Allegations of police mistreatment of Indigenous people have gone nowhere, inquiry hears

So far, none of the 54 complaints handled by Montreal police have led to charges, and Quebec's director of criminal and penal prosecutions (DPCP) will not say how many are being analyzed at this time.

Quebec prosecutors dismiss 5 cases of alleged police misconduct without making decision public

Det.-Sgt. Carl Thériault, one of several Montreal police officers who investigated complaints by Indigenous men and women of police misconduct, testifying at the Viens Commission in August 2018. (Viens Commission)

Quebec prosecutors have quietly decided not to lay charges in five cases of alleged police misconduct toward Indigenous people.

The absence of charges was revealed during testimony this week at the Viens Commission, the public inquiry struck in response to multiple allegations by Indigenous women in Val-d'Or in the fall of 2015.

Following those allegations, the Ministry of Public Security tasked Montreal police with investigating all future complaints of police misconduct by Indigenous women or men.

So far, none of the 54 complaints handled by Montreal police have led to charges, and Quebec's director of criminal and penal prosecutions (DPCP) will not say how many are being analyzed at this time.

Jean-Pascal Boucher, spokesperson for the DPCP, declined to be interviewed.

"At the end of the review of all the completed investigations, we will determine how we'll make our decisions public," Boucher wrote in an email to CBC.

Montreal police refused to say if and when any of the 54 complaints lodged after April 2016 were transferred for review to the DPCP.

The DPCP's public announcement in November 2016 that there would be only two charges laid after the Val-d'Or allegations was met with disappointment and anger.

At least five of 54 complaints dismissed without announcement

At the inquiry, Montreal police detectives have given details of more than a dozen completed investigations in which no charges were laid.

For five of those investigations, the DPCP has never made public its decision to dismiss the complaints.

Two complaints came from women who were injured by police or during detention by police.

Yesterday, Det.-Sgt. Carl Thériault talked about his investigation of a February 2017 incident at the Royal Canadian Legion in Maniwaki.

He interviewed a 60-year-old Indigenous woman who alleged she was injured during her arrest.

"She told me the officer was rough with her," Thériault told the inquiry Tuesday.

The woman told Thériault she had pushed a first officer toward a wall because she was trying to get at her husband, when a second officer came up behind her.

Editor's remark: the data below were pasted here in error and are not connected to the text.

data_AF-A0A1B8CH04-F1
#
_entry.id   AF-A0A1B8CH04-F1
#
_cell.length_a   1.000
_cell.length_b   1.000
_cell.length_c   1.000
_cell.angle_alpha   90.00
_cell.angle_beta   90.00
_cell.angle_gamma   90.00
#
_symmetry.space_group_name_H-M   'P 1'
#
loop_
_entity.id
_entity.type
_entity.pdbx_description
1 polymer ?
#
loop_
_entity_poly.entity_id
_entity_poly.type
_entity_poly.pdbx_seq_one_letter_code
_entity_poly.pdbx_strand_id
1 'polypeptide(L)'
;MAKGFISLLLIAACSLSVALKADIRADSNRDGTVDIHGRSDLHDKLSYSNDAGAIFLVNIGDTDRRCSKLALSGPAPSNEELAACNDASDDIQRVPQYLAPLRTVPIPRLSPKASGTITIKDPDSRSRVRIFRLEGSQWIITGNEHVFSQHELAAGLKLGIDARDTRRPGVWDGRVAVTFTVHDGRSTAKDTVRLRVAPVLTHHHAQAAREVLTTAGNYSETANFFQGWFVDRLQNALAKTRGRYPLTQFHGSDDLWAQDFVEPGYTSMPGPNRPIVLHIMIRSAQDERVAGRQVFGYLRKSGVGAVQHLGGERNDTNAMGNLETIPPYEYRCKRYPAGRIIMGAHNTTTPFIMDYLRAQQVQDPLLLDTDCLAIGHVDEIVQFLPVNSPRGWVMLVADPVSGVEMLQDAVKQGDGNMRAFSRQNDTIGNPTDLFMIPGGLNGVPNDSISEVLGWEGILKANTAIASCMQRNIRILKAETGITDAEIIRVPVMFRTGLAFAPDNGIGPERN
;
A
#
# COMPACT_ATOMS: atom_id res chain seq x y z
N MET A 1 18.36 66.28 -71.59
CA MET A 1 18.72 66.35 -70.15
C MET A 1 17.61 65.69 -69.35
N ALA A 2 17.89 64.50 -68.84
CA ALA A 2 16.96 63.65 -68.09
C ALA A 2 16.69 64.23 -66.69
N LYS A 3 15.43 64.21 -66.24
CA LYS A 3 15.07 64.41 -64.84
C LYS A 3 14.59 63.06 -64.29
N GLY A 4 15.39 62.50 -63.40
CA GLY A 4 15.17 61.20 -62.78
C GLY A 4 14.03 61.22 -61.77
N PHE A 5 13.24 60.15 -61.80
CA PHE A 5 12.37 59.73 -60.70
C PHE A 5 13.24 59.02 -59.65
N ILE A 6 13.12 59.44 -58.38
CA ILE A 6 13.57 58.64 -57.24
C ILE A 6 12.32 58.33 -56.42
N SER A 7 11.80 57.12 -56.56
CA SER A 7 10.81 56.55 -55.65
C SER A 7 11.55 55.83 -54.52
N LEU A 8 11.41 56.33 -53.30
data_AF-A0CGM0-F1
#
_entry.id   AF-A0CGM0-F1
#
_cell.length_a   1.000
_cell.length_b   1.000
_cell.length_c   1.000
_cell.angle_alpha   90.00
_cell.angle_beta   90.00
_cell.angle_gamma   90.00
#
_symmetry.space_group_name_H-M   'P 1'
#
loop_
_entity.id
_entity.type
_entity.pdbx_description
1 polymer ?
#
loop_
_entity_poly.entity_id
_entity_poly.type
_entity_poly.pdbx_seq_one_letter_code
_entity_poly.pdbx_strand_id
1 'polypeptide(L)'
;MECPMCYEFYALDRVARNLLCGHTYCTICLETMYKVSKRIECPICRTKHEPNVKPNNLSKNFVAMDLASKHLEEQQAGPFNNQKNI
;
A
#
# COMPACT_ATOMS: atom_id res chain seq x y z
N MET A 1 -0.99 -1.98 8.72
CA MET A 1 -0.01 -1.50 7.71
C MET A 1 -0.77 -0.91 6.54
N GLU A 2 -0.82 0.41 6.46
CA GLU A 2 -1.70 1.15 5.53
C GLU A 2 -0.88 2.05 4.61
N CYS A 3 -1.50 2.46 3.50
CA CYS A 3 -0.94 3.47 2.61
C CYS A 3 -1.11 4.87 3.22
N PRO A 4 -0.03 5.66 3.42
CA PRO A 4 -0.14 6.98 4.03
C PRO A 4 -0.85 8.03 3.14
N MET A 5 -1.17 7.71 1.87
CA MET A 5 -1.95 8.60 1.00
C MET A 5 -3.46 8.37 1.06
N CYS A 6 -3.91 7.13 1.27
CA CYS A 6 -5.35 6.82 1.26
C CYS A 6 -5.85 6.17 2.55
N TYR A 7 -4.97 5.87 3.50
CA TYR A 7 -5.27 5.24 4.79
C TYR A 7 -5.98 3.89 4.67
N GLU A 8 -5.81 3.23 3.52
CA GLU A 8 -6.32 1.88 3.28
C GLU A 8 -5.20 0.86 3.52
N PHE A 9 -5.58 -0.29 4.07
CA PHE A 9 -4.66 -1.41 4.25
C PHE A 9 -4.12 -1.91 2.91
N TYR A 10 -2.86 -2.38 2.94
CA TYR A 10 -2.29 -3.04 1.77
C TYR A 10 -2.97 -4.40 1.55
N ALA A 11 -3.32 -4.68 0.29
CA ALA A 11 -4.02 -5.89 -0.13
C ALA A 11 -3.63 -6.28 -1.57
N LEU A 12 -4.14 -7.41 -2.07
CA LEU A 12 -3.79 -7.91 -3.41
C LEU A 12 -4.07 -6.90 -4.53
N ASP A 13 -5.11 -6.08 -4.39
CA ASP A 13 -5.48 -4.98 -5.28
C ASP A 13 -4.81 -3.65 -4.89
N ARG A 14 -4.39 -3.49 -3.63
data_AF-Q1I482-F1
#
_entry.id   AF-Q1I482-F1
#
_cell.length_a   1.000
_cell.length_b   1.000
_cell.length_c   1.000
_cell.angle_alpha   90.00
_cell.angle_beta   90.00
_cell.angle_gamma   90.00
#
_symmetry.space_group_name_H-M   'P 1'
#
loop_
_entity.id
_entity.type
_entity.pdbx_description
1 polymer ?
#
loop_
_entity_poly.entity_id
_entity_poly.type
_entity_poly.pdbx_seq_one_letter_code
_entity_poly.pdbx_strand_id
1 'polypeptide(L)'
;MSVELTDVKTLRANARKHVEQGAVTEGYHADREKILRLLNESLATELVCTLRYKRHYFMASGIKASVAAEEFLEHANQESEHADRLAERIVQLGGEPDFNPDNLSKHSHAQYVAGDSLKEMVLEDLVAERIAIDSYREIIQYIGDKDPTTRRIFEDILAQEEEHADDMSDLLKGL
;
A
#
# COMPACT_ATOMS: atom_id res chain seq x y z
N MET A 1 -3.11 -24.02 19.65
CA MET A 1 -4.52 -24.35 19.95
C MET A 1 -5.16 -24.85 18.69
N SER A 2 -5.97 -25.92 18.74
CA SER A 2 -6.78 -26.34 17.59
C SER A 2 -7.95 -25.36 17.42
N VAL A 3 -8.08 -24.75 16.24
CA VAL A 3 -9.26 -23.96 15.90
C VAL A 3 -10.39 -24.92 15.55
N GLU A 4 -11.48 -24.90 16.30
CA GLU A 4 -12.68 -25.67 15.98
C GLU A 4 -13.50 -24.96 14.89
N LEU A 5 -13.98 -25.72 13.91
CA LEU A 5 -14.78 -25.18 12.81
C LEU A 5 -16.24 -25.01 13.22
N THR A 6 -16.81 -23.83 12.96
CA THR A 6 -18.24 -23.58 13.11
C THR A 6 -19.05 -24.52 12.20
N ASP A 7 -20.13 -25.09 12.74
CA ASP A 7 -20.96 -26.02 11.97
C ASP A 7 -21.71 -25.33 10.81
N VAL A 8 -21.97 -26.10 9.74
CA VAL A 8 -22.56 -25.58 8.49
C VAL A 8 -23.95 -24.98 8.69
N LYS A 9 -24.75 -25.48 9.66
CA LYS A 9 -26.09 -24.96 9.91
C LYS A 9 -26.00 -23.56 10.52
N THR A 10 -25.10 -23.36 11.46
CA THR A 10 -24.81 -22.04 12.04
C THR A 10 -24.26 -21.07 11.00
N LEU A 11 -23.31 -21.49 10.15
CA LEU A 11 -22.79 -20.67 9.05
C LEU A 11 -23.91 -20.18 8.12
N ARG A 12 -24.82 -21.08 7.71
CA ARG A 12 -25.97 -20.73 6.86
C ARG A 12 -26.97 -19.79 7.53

"She said [the officer] asked her to cross her legs and then put all his weight on her, which led to a fracture in her leg, below the knee."

Thériault said the officers were trying to get her on the ground in order to put handcuffs on her. 

Retired justice Jacques Viens, who is presiding over the inquiry, noted the woman's age and asked Thériault to describe her physically.

"She's about five feet, not very tall," he responded.

Thériault said an internal expert at the police force didn't find any problems with the manoeuvre and said it made sense because the woman was resisting arrest.

"The injuries 'Victim A' incurred are unfortunate and remind us that that even in an ideal situation, consequences of the use of force remain unpredictable," said Thériault, quoting from the SPVM expert's report.

Violent incident caught on camera

Last week, the inquiry heard about a woman who ended up with severe bruising all over her head, face, arms and knees after she was injured during an escort into a cell at the Val-d'Or detachment.

The incident happened in June 2016, about six months after provincial police in Val-d'Or came under the spotlight because of the allegations in the Radio-Canada report, Enquête.

Det.-Sgt. Patrick Parent described surveillance video where you can see the woman's hands cuffed behind her back. There are four officers present and one officer is guiding her to the cell.

"You can see she's intoxicated and having trouble walking, and when they turn a corner, her pants fall a little, and she falls face first on the floor," said Parent.

Parent told the inquiry some of the officers can be seen "smiling or laughing" on the surveillance footage.

None of the officers checked to see if she was injured.

Parent told the inquiry he didn't find any evidence of criminal wrongdoing and had not been hired to investigate misconduct.​


Catou MacKinnon started working for CBC in New Brunswick as a reporter and then as the Maritime Noon correspondent. Since 2004, she's been reporting on stories from all over the province of Quebec.